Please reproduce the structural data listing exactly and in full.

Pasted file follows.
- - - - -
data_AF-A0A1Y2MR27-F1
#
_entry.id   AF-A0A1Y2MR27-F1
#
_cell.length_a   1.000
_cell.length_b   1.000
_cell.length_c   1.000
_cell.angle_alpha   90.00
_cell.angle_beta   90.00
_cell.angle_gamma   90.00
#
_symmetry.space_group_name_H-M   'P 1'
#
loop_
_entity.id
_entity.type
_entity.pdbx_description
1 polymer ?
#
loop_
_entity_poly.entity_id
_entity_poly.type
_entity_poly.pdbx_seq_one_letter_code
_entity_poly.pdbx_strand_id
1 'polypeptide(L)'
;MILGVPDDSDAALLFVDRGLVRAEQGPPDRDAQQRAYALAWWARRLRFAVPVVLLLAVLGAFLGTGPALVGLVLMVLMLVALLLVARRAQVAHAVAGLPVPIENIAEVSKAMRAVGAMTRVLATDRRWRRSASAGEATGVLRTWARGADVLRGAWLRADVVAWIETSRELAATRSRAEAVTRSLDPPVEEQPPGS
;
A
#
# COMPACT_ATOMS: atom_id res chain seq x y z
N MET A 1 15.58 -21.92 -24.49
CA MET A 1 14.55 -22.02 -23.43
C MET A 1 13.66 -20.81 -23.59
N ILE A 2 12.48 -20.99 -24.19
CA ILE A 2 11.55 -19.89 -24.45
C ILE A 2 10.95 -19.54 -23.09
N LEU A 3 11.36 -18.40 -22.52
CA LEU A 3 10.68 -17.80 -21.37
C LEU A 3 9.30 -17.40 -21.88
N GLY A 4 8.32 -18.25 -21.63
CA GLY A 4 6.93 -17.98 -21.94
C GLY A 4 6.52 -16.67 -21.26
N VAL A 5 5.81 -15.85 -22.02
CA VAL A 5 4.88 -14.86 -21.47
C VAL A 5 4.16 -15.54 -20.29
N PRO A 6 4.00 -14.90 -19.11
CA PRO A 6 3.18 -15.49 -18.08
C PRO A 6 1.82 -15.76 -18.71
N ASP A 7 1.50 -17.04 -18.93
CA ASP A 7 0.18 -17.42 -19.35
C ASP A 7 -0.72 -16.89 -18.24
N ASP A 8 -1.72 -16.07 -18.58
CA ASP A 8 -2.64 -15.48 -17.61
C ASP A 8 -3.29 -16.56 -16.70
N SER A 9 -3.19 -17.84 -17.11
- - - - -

data_AF-A0A1Y2MR27-F1
#
_entry.id   AF-A0A1Y2MR27-F1
#
_cell.length_a   1.000
_cell.length_b   1.000
_cell.length_c   1.000
_cell.angle_alpha   90.00
_cell.angle_beta   90.00
_cell.angle_gamma   90.00
#
_symmetry.space_group_name_H-M   'P 1'
#
loop_
_entity.id
_entity.type
_entity.pdbx_description
1 polymer ?
#
loop_
_entity_poly.entity_id
_entity_poly.type
_entity_poly.pdbx_seq_one_letter_code
_entity_poly.pdbx_strand_id
1 'polypeptide(L)'
;MILGVPDDSDAALLFVDRGLVRAEQGPPDRDAQQRAYALAWWARRLRFAVPVVLLLAVLGAFLGTGPALVGLVLMVLMLVALLLVARRAQVAHAVAGLPVPIENIAEVSKAMRAVGAMTRVLATDRRWRRSASAGEATGVLRTWARGADVLRGAWLRADVVAWIETSRELAATRSRAEAVTRSLDPPVEEQPPGS
;
A
#
# COMPACT_ATOMS: atom_id res chain seq x y z
N MET A 1 15.58 -21.92 -24.49
CA MET A 1 14.55 -22.02 -23.43
C MET A 1 13.66 -20.81 -23.59
N ILE A 2 12.48 -20.99 -24.19
CA ILE A 2 11.55 -19.89 -24.45
C ILE A 2 10.95 -19.54 -23.09
N LEU A 3 11.36 -18.40 -22.52
CA LEU A 3 10.68 -17.80 -21.37
C LEU A 3 9.30 -17.40 -21.88
N GLY A 4 8.32 -18.25 -21.63
CA GLY A 4 6.93 -17.98 -21.94
C GLY A 4 6.52 -16.67 -21.26
N VAL A 5 5.81 -15.85 -22.02
CA VAL A 5 4.88 -14.86 -21.47
C VAL A 5 4.16 -15.54 -20.29
N PRO A 6 4.00 -14.90 -19.11
CA PRO A 6 3.18 -15.49 -18.08
C PRO A 6 1.82 -15.76 -18.71
N ASP A 7 1.50 -17.04 -18.93
CA ASP A 7 0.18 -17.42 -19.35
C ASP A 7 -0.72 -16.89 -18.24
N ASP A 8 -1.72 -16.07 -18.58
CA ASP A 8 -2.64 -15.48 -17.61
C ASP A 8 -3.29 -16.56 -16.70
N SER A 9 -3.19 -17.84 -17.11